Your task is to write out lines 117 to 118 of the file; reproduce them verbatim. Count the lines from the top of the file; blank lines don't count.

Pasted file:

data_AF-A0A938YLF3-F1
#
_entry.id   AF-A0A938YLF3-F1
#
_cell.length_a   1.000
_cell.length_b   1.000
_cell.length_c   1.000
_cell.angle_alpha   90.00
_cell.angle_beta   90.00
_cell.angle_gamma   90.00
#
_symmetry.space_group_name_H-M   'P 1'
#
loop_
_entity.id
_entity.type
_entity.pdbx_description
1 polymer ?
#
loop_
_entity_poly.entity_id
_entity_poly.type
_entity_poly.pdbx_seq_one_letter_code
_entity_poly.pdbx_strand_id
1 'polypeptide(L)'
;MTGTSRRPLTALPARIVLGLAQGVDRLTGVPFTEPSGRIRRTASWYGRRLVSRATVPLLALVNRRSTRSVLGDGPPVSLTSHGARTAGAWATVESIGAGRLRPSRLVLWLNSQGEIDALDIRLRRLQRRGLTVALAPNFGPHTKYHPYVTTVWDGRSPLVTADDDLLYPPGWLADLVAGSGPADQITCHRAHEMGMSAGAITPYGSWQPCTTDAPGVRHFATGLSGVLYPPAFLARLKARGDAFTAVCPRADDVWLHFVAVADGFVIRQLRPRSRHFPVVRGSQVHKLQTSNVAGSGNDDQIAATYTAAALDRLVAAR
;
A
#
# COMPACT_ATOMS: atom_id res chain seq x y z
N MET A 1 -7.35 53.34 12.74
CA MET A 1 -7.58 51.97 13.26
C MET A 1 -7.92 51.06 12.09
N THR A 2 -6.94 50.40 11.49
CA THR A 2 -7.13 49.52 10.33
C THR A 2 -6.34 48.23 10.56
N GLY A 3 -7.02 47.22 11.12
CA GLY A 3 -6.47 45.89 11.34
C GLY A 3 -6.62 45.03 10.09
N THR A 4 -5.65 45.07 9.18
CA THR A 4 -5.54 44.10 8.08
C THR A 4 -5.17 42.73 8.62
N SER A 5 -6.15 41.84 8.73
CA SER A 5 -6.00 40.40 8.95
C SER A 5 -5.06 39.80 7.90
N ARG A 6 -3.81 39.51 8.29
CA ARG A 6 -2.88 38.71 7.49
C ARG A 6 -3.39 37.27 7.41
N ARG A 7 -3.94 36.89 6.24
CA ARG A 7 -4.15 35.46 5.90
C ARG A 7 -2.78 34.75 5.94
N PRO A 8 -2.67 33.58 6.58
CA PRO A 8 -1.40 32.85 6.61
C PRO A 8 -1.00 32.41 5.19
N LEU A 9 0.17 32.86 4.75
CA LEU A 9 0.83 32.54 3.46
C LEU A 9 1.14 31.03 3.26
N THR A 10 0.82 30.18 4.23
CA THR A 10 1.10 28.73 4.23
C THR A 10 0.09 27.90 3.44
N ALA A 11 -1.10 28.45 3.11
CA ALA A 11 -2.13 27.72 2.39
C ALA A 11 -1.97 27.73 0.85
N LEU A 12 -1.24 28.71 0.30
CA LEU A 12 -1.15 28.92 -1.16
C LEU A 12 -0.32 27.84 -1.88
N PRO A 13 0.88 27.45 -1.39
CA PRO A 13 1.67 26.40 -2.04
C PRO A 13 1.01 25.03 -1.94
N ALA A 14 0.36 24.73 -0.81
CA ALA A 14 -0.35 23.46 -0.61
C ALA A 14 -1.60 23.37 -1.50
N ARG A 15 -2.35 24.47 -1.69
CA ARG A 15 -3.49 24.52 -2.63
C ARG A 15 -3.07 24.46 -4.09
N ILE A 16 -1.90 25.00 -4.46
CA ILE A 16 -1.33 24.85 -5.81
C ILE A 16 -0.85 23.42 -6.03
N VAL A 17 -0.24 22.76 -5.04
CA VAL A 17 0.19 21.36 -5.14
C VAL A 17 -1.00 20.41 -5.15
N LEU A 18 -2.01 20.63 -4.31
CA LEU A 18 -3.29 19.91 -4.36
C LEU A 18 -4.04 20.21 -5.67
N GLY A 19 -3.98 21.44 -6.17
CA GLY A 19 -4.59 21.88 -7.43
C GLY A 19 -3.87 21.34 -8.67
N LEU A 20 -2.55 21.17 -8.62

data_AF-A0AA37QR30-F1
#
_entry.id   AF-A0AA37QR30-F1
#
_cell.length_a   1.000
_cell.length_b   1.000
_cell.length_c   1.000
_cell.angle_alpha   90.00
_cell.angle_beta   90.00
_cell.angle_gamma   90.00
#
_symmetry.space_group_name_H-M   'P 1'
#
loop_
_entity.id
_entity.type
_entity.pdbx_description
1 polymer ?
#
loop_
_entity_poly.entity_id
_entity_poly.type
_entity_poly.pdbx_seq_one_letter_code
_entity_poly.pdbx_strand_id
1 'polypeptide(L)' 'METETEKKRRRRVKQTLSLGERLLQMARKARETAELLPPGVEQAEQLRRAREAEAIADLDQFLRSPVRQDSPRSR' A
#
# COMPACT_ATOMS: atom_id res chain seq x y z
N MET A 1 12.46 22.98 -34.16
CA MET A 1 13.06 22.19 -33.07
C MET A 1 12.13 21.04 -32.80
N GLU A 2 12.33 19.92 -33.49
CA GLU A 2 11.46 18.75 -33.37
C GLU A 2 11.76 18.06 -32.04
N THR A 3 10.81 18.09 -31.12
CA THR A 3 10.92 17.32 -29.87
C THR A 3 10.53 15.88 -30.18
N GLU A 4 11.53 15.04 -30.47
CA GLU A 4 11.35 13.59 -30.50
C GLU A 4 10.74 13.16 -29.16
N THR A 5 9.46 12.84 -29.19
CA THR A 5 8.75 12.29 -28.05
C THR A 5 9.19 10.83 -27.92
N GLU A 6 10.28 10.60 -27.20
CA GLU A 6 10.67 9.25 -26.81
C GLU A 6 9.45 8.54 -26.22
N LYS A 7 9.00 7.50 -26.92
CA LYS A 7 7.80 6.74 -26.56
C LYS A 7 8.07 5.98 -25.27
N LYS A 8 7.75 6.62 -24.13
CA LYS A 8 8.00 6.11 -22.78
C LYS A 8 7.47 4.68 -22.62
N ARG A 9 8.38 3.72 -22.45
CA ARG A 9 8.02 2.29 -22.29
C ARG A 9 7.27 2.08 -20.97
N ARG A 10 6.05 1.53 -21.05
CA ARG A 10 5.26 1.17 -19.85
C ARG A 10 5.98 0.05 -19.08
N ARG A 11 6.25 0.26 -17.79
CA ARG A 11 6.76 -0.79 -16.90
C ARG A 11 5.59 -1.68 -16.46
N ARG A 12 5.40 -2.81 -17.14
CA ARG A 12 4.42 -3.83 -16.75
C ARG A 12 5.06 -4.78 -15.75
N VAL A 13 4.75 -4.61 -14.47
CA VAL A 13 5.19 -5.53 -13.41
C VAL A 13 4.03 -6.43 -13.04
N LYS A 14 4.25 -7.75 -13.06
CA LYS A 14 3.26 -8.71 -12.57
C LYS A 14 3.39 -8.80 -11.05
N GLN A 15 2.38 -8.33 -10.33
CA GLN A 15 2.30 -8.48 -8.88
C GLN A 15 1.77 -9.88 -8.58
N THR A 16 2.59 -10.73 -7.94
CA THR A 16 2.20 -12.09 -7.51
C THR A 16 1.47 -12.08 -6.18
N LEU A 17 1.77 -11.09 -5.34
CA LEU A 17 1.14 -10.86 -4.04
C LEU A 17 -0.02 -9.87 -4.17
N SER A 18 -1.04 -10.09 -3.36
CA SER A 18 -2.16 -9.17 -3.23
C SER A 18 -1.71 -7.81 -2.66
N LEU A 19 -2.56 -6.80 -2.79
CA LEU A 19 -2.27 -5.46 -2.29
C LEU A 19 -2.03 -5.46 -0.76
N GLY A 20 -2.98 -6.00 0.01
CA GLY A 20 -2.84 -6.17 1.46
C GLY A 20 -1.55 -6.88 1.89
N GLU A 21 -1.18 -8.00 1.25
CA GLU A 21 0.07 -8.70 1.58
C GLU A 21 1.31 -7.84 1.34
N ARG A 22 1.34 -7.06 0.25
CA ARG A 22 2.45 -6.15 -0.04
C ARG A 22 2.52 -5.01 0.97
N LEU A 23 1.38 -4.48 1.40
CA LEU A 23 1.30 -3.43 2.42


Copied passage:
CA MET A 1 13.06 22.19 -33.07
C MET A 1 12.13 21.04 -32.80